Discussion

FD is a dysplastic disease of the bone-forming mesenchymal cells, and this results in replacement of trabecular bone by abnormal fibrous and immature osseous tissue. It is known to be difficult to make the radiologic differential diagnosis between FD and malignant neoplasm. The MR signal intensity of FD is low to intermediate on the T1 images and it is variable on the T2-weighted sequences (10). Histopathologic examination of the T2-hyperintense cases revealed fewer bony trabeculae, less cellularity and fewer collagen fibers than that of the T2-hypointense cases (10). FD usually shows increased uptake on radioscintigraphy, but less frequently FD shows no uptake (11). CT is still the best technique for demonstrating the typical radiographic descriptions of FD, which are the "ground-glass" pattern of the bone and the lesion being surrounded by a distinct rim of reactive bone (1). Therefore, thorough interpretation of the CT information from PET/CT study is helpful to make a correct diagnosis (12).
Yet in this case, we initially considered the bone lesion with FDG hypermetabolic activity as the involvement of lymphoma in a patient with intestinal NHL because the bone lesion was too small to get enough information from the CT image of PET/CT, which didn't show the characteristic "ground-glass" appearance. Given that R-CHOP chemotherapy is very effective for DLBL, the fact that the bone lesion on FDG-PET/CT showed increased uptake after the chemotherapy raised a doubt about the possibility of the bone lesion being lymphoma involvement, which resulted in further evaluation, including MRI and bone biopsy.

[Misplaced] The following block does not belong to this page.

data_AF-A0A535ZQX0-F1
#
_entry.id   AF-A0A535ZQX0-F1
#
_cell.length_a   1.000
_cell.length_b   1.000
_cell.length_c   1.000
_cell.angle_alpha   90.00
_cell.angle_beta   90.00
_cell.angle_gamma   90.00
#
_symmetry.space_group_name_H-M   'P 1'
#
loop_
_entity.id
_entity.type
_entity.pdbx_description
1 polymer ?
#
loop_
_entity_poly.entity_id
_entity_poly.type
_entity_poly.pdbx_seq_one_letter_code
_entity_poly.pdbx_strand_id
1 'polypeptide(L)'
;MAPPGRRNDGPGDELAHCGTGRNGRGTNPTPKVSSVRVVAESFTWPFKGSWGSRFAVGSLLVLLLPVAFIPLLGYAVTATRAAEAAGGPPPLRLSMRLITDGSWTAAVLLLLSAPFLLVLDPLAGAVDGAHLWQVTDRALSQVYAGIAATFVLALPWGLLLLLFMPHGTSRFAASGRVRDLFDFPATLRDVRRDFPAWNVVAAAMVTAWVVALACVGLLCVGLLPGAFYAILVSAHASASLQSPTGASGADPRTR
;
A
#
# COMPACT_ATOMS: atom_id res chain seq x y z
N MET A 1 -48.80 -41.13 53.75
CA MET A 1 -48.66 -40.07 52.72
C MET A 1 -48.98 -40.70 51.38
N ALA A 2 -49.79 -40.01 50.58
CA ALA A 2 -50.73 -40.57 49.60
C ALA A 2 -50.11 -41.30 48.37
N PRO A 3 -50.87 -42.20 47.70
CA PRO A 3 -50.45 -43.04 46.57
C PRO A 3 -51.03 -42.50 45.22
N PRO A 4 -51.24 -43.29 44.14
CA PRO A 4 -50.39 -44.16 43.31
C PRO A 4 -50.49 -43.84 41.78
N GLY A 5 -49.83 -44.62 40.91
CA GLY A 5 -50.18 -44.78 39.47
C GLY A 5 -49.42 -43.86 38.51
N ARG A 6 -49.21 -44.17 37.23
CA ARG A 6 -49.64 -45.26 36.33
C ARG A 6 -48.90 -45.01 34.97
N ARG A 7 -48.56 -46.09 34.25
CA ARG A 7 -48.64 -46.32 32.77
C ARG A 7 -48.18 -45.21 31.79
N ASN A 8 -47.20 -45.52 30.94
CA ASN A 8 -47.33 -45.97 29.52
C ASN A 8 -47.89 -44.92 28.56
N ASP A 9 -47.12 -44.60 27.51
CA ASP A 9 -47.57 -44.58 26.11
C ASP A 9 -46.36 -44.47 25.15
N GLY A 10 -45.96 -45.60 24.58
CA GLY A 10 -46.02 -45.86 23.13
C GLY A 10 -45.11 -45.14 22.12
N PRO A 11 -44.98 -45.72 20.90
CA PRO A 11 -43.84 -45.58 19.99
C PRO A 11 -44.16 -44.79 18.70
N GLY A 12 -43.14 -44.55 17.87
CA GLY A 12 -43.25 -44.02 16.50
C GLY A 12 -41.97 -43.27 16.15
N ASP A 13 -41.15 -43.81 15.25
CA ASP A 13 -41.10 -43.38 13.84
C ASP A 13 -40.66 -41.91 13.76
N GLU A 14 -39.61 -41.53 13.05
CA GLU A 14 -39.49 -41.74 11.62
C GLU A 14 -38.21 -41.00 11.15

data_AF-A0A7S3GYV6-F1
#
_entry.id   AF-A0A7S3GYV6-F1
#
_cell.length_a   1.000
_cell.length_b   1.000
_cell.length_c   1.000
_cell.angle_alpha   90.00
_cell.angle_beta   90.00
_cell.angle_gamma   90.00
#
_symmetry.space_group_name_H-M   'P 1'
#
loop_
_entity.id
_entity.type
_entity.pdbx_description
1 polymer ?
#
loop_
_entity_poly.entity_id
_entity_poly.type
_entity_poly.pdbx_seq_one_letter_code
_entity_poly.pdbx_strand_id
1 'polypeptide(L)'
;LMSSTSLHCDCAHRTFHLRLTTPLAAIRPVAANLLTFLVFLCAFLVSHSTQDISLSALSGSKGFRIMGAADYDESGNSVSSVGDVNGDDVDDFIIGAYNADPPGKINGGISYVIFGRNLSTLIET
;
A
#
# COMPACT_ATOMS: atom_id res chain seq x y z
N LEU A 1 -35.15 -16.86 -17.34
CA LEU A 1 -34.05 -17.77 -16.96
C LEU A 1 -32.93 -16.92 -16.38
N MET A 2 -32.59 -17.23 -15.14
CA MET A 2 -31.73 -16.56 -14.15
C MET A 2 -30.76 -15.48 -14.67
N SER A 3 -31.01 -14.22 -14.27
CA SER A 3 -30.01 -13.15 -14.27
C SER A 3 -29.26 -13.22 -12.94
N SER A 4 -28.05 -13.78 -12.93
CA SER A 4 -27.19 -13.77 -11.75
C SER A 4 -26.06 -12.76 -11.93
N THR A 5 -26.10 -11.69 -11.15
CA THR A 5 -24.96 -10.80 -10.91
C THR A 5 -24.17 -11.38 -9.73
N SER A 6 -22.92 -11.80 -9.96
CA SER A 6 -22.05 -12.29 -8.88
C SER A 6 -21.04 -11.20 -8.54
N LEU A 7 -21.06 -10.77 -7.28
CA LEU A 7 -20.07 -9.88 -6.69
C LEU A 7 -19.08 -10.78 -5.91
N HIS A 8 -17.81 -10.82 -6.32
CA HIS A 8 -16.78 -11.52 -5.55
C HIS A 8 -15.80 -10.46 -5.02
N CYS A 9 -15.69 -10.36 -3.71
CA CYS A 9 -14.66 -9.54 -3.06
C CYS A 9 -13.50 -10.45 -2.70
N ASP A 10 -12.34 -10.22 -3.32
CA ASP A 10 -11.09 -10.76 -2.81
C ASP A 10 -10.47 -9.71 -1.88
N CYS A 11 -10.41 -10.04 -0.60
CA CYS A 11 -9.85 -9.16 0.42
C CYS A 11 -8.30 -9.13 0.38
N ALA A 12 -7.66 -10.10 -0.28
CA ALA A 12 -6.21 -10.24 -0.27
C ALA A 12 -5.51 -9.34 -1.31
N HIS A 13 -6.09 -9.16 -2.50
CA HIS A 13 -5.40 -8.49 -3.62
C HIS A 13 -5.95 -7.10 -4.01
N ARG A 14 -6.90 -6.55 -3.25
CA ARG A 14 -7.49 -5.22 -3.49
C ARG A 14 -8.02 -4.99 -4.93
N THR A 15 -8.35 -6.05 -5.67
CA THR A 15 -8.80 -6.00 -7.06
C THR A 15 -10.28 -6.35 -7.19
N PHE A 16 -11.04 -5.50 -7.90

With regard to FDG-PET/CT, it is known that there is large variability in the FDG avidity of FD (13). There are several reports that FD showed increased FDG uptake and this mimicked malignant bone involvement (1,6-9). However, the discrimination between FD and malignant bone tumor is not well defined because of a large SUVmax overlap (13-15). The SUVmax values of FD have ranged from 3.8 to 7.2 in the previous case reports. There are several possible explanations for the different degree of FDG hypermetabolism. Histiocytic and giant cell-containing benign bone lesions in particular can show FDG hypermetabolic activity (13), and the turnover of the remodeling process may have various rates in different patients who have different stages of this disease (1). In addition, fibroblasts predominately proliferate in FD lesions, and the difference in the amount of proliferating fibroblasts or their metabolic turnover may result in a discrepancy of FDG uptake among FD lesions (1). This hypothesis concerning proliferating fibroblasts may also explain the change in FDG uptake on the serially performed PETs in our patient.